Thoughts on the iPad From an Apple Newbie

I’m not one of those Apple people, who only ever buys Apple products, and sheepishly follows the company, buy everything they ever make, travel the globe for Mac World, or camp in front of Apple stores the day before the release of a new product.

I recently bought a new laptop this past January. It’s good, it’s okay, but I really did want a Macbook. I just couldn’t bring myself to spend 1200 bones after taxes to get one. Truth be told, I was weary of the new Windows 7. Knowing what their past OS were like–ME, XP, and Vista–I really just did not want another piece of garbage. I knew these were pieces of garbage just based on people I knew who had Macbooks, some casual users and others Steve Jobs worshippers. They never complained about their OS, their browsers never crash, they don’t get viruses.

When the iPad was announced it was kind of like I was re-living the fallout after Nintendo revealed the “Revolution,” calling it a “Wii” and waving a remote around. People went, what the crap is this? Are they serious? An iPad? Really? Yeah okay, so it’s a touch tablet with no real hard drive, no flash support and I’m supposed to buy it to do…what, exactly?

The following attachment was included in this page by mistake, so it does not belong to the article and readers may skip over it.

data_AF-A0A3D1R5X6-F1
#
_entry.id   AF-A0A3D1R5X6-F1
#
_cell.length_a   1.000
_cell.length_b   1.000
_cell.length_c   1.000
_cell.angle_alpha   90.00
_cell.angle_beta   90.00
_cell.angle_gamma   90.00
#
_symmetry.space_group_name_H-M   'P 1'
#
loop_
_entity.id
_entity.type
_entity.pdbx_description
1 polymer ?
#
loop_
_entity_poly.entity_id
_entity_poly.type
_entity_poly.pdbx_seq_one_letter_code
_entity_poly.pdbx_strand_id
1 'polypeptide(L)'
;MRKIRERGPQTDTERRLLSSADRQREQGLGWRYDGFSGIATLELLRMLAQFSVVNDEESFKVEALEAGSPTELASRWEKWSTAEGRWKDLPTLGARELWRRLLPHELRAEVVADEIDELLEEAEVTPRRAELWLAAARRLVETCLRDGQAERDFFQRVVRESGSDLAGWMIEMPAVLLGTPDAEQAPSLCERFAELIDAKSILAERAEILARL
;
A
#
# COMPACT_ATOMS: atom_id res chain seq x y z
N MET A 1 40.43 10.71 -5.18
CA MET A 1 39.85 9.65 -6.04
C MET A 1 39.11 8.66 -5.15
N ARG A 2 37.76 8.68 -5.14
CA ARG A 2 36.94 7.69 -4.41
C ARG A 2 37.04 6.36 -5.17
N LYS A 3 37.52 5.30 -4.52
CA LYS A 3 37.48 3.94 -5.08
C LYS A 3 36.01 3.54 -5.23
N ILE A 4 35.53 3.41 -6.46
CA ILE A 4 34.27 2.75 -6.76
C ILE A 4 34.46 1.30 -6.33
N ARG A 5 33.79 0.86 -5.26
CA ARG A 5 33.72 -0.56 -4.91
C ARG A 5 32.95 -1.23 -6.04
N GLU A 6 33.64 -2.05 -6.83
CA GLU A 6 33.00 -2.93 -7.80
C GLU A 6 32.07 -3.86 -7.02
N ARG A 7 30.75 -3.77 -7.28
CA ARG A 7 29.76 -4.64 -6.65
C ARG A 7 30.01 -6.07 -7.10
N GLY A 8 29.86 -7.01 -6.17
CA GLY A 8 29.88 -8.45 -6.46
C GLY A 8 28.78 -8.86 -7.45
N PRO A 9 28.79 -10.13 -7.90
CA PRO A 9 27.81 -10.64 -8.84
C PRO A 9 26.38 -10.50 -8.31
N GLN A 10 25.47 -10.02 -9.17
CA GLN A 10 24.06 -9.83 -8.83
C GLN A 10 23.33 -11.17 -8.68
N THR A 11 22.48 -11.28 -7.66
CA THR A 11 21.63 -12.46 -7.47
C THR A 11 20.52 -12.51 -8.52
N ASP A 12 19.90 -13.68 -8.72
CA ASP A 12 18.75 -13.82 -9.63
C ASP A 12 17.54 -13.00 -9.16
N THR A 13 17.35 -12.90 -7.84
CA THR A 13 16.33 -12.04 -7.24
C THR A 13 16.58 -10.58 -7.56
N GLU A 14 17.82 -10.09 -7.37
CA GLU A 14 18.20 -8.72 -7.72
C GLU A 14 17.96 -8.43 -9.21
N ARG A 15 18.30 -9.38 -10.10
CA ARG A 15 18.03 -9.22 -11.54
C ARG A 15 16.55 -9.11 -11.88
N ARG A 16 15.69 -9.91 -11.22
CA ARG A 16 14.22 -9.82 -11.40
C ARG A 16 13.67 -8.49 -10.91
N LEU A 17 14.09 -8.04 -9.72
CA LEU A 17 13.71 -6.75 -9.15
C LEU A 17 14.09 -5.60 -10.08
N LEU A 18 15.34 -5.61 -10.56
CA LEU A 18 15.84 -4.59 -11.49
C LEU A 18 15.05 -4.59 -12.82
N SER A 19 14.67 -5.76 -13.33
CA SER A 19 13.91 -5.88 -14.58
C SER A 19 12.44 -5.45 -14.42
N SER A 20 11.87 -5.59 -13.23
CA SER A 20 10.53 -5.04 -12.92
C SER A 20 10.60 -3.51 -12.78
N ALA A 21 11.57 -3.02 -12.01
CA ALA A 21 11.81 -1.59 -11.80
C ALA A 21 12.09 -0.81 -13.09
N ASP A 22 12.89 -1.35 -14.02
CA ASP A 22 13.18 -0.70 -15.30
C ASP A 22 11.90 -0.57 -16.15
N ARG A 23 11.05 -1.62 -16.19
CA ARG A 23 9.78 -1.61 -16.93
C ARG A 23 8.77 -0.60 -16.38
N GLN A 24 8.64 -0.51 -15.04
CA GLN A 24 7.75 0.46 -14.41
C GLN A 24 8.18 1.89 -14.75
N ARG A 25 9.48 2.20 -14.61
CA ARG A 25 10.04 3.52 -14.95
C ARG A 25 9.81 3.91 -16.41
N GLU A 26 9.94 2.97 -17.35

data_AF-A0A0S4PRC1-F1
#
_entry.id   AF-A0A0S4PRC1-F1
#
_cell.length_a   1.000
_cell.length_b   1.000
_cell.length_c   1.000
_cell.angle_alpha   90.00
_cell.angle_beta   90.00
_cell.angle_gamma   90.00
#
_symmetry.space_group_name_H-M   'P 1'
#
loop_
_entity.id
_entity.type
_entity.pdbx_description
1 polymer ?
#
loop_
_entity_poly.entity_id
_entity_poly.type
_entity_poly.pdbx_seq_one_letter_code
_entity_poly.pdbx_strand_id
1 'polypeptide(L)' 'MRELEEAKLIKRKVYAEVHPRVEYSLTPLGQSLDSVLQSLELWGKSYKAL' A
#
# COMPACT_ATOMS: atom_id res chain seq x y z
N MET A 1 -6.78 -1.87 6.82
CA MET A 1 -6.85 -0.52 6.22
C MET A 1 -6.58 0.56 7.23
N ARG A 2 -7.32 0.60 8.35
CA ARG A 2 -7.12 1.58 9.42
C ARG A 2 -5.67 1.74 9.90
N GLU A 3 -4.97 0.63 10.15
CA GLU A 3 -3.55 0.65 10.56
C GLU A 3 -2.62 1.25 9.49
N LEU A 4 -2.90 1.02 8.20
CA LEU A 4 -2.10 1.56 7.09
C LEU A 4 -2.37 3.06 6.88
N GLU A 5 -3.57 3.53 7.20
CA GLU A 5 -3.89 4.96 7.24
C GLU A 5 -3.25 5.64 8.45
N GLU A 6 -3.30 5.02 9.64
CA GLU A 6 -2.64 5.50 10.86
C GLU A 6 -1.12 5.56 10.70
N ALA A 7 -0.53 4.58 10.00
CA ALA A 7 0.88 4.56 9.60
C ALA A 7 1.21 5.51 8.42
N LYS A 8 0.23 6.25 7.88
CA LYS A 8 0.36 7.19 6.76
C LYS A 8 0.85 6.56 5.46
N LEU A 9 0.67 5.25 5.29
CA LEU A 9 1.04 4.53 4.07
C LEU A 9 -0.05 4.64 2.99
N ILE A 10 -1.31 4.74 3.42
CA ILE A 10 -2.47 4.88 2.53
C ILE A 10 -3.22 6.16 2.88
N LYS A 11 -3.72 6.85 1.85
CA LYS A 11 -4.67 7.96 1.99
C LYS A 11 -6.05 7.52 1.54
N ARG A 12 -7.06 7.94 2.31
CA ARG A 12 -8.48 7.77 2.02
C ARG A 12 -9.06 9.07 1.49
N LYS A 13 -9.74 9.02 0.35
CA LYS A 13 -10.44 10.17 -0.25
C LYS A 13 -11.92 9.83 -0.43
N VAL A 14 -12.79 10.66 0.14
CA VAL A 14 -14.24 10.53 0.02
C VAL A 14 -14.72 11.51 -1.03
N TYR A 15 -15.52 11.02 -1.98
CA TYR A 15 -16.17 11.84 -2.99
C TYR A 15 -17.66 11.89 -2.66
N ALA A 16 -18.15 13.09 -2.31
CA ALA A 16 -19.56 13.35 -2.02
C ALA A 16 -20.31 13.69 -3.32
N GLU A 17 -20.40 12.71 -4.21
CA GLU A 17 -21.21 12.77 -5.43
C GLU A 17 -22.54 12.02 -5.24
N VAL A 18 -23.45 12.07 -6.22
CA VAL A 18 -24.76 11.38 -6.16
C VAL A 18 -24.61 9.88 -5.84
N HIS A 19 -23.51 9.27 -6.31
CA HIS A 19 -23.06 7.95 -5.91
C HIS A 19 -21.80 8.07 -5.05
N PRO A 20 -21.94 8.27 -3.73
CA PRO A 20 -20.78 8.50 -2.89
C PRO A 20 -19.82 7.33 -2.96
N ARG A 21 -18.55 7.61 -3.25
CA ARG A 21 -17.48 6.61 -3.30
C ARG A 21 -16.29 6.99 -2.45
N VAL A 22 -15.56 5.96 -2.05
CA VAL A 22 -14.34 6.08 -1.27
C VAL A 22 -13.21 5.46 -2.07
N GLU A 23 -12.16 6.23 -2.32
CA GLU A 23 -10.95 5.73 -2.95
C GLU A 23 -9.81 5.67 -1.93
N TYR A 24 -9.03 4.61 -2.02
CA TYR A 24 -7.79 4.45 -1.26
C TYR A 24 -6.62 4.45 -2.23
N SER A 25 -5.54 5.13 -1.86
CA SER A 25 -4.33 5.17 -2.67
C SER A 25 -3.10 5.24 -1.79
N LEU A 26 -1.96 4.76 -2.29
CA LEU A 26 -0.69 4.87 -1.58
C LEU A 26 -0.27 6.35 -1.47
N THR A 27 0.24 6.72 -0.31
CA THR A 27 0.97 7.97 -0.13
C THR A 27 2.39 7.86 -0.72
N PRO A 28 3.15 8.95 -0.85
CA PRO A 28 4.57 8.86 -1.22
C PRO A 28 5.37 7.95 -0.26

People criticized it from the get go, that it wouldn’t sell, that it would fail, that there was no purpose for it. Funny how the haters come out in full force when a weird or unusual product by a high profile company comes out….be it Nintendo Wii, or Apple iPad, or Toyota Prius. I had a different reaction when I learned of the iPad: indifference. Like every other Apple product, the Apple TV thing or the Macbook Air, the iPhone, I’m not batshit crazy for Apple products, mostly because I just simply can’t afford them all.

So what got me interested in the iPad?

I read an article on the NY Times. I can’t find it for you, sorry. It was about the publishing industry, how basically it is failing and Amazon is undercutting everyone, offering digital books for a buck or two bucks or ten bucks. How the people who use a Kindle read dozens of books a year, how if you get a reading device, the reading material you consume increases a lot. How Apple offered publishers a bit more, how they cleverly forced Amazon to raise their prices.